The Epidemic Effect: On the Politics and Economic Burden of Infectious Disease
Epidemics of infectious disease can have deleterious effects on economic development except mitigated through global health governance and domestic institutions. We investigate this hypothesis by examining the effects of sudden exposure to meningitis on economic outcomes using evidence from the meningitis belt in sub-Saharan Africa. Meningitis shocks reduce economic activity and child health outcomes in periods when the World Health Organization (WHO) does not declare an epidemic year. These effects are reversed when the WHO declares an epidemic year. A primary mechanism explaining the heterogeneity in results may be the influx of donor aid when the WHO declares an epidemic year. We document an increase in World Bank health aid projects approved during epidemic years. Areas that receive more health aid have more economic activity though health projects funded during epidemic years are rated relatively worse by independent evaluators. Domestic institutions influence resource distribution, with regions that are co-ethnic with the president having better outcomes than non-co-ethnic areas. The results are robust to extensive controls and using the timing of the Islamic Hajj to instrument for meningitis shocks.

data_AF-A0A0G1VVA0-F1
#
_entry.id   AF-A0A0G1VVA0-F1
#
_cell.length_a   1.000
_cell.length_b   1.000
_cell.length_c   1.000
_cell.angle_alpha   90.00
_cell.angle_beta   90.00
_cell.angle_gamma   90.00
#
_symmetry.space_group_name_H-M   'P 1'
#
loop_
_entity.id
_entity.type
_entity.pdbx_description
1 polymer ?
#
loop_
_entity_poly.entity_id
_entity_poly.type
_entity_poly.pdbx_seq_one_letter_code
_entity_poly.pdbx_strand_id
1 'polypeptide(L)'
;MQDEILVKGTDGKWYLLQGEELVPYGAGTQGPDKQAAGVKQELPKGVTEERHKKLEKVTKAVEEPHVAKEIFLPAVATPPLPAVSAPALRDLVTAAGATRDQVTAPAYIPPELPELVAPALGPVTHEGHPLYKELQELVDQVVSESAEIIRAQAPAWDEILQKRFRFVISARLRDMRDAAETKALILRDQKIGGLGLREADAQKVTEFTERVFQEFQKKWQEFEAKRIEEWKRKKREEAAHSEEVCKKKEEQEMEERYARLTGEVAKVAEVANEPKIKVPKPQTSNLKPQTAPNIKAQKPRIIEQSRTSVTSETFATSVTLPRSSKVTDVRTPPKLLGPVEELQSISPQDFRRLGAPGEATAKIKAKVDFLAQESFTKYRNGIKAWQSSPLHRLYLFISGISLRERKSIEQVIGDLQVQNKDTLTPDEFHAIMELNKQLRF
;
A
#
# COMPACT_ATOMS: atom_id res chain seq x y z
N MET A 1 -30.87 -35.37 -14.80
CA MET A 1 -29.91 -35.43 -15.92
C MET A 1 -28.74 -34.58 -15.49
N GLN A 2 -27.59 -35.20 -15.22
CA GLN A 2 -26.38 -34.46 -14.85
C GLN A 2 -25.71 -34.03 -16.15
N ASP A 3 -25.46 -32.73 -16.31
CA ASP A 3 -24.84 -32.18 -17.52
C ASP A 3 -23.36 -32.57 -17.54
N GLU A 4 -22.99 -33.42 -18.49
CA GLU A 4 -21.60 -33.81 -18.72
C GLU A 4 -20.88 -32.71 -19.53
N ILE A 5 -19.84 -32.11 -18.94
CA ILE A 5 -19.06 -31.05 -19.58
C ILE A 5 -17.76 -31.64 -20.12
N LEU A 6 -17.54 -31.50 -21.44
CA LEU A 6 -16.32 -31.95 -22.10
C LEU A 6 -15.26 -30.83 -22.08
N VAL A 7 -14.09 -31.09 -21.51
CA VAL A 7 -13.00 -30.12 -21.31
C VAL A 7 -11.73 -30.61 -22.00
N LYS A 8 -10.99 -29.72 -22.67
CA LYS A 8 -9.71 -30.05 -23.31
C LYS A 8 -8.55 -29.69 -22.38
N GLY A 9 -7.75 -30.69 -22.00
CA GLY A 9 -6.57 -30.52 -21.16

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More About This Work
- Academic Units
- Economics (Barnard College)
- Published Here
- April 8, 2020